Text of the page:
Argued: September 4, 2014.
Civil action commenced in the Superior Court Department on April 8, 2008.
The case was heard by René e P. Dupuis, J.
Arthur D. Frank, Jr., for the defendant.
John M. Sahady for the plaintiff.
Present: Cohen, Meade, & Milkey, JJ.
[21 N.E.3d 548] Milkey, J.
At issue in this appeal is the ownership of a strip of land in Fall River. The defendant was the record owner of the disputed property, which the plaintiff claimed based on adverse possession. The parties agree that the nature and length of the plaintiff's use of the land generally was sufficient to establish title by adverse possession. The only contested issue is one of law: whether the plaintiff may count the time during which title to the land was held by one of the defendant's predecessors-in-title, the city of Fall River (city), toward the requisite twenty-year period
of continuous adverse use. Relying on G. L. c. 260, § 31, the defendant argues that the plaintiff's adverse possession claim did not begin to run until the city transferred the property to a private party. In a thoughtful decision issued after a trial on stipulated facts, a Superior Court judge rejected this argument as a matter of law. She ruled that a private record owner of once-public land opposing an adverse possession claim cannot invoke G. L. c. 260, § 31, as a defense. We agree and therefore affirm.
By 1975, the city of Fall River had acquired a parcel of land located at 1082 Davol Street in Fall River (Mechanic's Mill parcel). The property included " a large building [that] had been used for manufacturing purposes." The record does not reveal what actual use the city itself made of the parcel, but the parties stipulated that the city " held" the property " for a public purpose as defined in Chapter 260, Section 31 of the General Laws." In 1989, the city sold the Mechanic's Mill parcel to a private corporation. Since then, the property has continued in private ownership, and it is now owned by defendant Mechanic's Mill One LLC (record owner).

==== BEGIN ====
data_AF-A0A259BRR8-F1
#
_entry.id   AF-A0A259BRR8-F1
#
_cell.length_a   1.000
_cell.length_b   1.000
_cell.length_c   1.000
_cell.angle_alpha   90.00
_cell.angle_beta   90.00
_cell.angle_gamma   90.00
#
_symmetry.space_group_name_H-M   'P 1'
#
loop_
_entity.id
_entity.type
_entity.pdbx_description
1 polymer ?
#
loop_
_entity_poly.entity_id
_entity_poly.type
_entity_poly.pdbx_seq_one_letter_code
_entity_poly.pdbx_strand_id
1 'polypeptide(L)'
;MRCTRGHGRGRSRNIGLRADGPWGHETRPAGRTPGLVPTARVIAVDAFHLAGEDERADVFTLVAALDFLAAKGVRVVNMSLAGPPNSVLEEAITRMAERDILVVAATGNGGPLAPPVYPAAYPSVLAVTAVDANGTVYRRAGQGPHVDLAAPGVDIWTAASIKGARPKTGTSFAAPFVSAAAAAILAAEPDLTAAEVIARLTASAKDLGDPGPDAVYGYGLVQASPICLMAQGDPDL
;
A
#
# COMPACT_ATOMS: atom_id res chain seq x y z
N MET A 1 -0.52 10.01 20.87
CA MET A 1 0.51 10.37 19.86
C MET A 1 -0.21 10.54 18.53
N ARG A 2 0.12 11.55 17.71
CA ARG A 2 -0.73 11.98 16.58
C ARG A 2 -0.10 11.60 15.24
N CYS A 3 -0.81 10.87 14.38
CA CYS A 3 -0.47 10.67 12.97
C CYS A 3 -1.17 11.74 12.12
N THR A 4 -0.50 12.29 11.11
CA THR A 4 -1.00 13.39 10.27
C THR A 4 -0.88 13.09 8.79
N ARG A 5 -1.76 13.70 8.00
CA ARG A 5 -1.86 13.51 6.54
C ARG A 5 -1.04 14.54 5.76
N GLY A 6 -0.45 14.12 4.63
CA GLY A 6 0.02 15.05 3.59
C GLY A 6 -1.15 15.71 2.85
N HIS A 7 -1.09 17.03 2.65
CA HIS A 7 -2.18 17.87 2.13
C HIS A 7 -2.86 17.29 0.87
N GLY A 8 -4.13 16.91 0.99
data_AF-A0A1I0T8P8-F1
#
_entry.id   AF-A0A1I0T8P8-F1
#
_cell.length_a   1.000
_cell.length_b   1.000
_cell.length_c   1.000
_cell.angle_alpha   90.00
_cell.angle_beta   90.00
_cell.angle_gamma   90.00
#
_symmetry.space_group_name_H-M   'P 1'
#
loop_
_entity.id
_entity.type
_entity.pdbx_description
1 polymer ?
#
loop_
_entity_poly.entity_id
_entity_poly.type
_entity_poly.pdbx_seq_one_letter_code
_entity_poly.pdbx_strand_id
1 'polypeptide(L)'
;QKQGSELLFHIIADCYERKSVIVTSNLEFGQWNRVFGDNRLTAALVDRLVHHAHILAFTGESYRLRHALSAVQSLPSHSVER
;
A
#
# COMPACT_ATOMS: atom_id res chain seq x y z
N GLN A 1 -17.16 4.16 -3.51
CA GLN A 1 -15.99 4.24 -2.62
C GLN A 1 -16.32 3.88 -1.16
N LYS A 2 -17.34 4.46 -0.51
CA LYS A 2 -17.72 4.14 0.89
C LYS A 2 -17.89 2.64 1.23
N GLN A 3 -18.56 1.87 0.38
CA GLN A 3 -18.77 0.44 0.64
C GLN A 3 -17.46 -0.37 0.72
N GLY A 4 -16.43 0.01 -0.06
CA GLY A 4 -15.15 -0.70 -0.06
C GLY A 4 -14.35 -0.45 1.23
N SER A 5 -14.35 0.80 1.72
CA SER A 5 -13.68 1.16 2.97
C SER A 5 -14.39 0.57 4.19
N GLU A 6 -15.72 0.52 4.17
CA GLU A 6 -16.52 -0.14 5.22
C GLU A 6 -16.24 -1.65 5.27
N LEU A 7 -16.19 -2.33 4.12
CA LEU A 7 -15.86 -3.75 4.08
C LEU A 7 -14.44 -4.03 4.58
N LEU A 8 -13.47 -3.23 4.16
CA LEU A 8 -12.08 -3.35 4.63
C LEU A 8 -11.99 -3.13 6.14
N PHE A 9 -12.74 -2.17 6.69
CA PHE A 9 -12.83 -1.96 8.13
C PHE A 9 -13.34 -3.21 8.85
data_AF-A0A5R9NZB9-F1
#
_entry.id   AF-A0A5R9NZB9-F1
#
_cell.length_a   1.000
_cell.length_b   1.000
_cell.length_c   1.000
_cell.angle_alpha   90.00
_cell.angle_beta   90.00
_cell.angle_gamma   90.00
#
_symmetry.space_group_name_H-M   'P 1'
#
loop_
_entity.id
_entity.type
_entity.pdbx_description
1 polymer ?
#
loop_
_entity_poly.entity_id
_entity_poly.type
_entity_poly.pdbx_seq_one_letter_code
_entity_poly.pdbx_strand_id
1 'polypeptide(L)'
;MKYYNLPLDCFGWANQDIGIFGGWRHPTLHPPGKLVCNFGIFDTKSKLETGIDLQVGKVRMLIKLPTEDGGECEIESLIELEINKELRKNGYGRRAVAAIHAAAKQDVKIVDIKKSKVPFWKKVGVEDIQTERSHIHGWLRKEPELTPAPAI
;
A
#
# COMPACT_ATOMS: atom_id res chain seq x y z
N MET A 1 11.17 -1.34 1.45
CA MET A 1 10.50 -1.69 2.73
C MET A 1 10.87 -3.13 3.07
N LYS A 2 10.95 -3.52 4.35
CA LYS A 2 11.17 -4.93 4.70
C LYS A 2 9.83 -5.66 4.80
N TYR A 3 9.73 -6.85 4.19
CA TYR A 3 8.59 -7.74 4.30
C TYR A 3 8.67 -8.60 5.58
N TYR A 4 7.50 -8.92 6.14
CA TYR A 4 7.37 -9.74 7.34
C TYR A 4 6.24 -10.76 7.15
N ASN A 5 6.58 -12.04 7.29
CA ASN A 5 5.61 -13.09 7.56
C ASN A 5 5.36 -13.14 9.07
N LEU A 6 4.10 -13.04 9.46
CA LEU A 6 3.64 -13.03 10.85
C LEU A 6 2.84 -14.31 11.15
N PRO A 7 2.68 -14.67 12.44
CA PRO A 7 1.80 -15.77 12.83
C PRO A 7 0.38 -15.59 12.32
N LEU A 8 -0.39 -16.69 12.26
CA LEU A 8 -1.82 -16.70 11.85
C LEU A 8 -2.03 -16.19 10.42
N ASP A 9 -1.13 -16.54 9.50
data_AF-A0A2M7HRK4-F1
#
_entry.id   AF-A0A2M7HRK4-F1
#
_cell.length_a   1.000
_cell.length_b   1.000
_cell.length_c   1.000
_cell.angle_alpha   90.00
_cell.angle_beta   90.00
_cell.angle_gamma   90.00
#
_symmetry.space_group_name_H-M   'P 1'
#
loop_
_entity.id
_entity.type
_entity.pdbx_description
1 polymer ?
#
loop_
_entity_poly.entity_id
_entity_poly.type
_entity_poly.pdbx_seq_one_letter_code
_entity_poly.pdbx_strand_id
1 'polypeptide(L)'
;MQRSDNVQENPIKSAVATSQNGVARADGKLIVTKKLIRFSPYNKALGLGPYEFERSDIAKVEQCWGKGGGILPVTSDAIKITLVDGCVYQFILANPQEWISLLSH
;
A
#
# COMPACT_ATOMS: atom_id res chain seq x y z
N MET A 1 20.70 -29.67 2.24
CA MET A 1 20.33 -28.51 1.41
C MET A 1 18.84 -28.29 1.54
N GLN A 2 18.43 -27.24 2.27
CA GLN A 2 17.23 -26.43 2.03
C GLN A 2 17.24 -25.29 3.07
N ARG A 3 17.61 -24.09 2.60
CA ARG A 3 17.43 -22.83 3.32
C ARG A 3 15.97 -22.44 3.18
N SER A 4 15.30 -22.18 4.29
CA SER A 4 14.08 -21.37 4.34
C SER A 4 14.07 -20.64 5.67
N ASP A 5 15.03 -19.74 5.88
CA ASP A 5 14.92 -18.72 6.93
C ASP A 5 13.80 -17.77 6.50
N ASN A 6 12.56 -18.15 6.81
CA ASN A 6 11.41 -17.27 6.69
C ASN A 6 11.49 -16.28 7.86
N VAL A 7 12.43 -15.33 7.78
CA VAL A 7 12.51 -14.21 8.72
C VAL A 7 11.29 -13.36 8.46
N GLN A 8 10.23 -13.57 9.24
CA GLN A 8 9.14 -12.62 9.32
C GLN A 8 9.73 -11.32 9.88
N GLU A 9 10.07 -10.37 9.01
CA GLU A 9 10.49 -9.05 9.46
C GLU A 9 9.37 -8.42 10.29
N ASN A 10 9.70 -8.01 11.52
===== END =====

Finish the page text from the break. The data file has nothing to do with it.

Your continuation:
In 1975, Paul and Albert Berube acquired the property at 1148 Davol Street, which lies adjacent to the Mechanic's Mill parcel. After purchasing that property, the Berubes began to use as their own a strip of the Mechanic's Mill parcel -- totaling approximately 25,000 square feet in size -- that lies along the boundary of the two properties. The parties stipulated that the Berubes and their successors-in-title " exercised undisturbed dominion over the [disputed strip] which was actual, open, notorious, and adverse to the claims of all others, and [that it] continued for thirty-two (32) years, namely from 1975 to 2007." ...